How politically involved are South Carolinians? According to one recent report, there are enthusiastic participants in some types of situations. But in other situations, residents tend to remain on the sidelines.
The South Carolina Civic Health Index compared Palmetto State residents to people living in rest of the country, including the District of Columbia. South Carolinians ranked 13th in voter registration, 14th in voting during the 2010 midterm elections and 19th in voting during the 2012 presidential election. But they were also 48th in contacting public officials and 46th in boycotting products.
Among the social strength indicators measured, Palmetto State residents were 30th in exchanging favors with neighbors frequently, 38th in having trust in neighbors and 44th in attending public meetings about town or school affairs.
The University of South Carolina Upstate and the National Conference on Citizenship released the report earlier this month. Its data came primarily from the 2012 U.S. Census Bureau Current Population Survey on Voting, Volunteering and Civic Engagement.
“This report shows that too many of us aren’t likely to stay politically engaged after leaving the voting booth and that too many of us are disconnected from our communities and each other,” said Abraham Goldberg, the report’s author and a professor at the University of South Carolina Upstate.
Bob Botsch, a professor of political science at USC Aiken, questioned the report’s statistics for voter participation.
“I would be very careful about accepting these rankings because turnout figures are very sensitive to exactly how they are calculated,” he said. “I have not seen any other figures that show South Carolina that high.”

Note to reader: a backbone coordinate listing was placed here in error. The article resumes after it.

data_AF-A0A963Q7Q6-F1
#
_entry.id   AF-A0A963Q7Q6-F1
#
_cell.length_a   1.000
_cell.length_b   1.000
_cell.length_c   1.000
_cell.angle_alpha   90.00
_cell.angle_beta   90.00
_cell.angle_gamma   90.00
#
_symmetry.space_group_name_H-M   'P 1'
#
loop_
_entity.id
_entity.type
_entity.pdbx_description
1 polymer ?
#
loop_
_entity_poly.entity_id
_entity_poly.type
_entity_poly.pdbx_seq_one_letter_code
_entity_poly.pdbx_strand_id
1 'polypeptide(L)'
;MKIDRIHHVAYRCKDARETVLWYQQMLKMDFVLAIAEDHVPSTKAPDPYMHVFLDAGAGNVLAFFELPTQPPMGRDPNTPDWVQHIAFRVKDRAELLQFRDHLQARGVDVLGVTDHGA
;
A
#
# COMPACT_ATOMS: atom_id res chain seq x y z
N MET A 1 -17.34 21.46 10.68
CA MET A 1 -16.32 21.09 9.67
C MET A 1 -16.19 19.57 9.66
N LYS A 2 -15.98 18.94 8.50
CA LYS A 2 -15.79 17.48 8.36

Botsch mentioned a Nonprofit Vote study in which the Palmetto State ranked only 38th in voter turnout for the 2012 presidential election.
“On the other hand,” Botsch added, “I’m not surprised that we rank low in what social scientists call ‘social capital.’ This is a result of low education levels in which we do not understand politics or relationships between citizens and government actions and inactions. It is also the product of a cultural value of highly exaggerated self-reliance and individualism.”
Aiken County Republican Party Chairman K.T. Ruthven offered a couple of explanations for why South Carolinians don’t participate much in some forms of political activity.
“I think people are pleased with the job that our elected officials are doing in South Carolina and Aiken County, so they don’t feel a need to be involved,” he said. “We also have an overwhelming majority of elected officials who are Republican and overall the population seems to be very conservative, so they don’t disagree much with the opinions of elected officials.”
Moses Mims, who is the communications director for the Aiken County Democratic Party, said he has noticed “a lackadaisical attitude on the part of some voters in terms of coming out to participate in public events.”
According to several elected officials in Aiken County and the surrounding area, their constituents don’t seem to be too reluctant in contacting them.
“I operate out of my insurance and real estate business, and constituents feel free to walk in,” said S.C. Rep. Bill Hixon, R-North Augusta. “I average seeing two a day, and I’ve had as many as five with different problems come by.”
S.C. Rep. Roland Smith, R-Warrenville, described attendance at his town hall meetings as “very sparse,” but added that his constituents “rank very high” in contacting him for assistance with state and federal agencies.
S.C. Rep. Bill Clyburn, D-Aiken, hears frequently from members of the black community about their concerns.
“They call me concerning elections, community activities, government affairs and a number of other things,” he said. “They call me even though they don’t live in my district or close to it.”
S.C. Sen. Tom Young, R-Aiken, said he receives “lots of emails and phone calls” from constituents.
S.C. Sen. Shane Massey, R-Edgefield, said that based on “the number of emails in my inbox,” the level at which constituents communicate with him isn’t low.
Dede Biles is a general assignment reporter for the Aiken Standard and has been with the newspaper since January 2013. A native of Concord, N.C., she graduated from the University of North Carolina at Chapel Hill.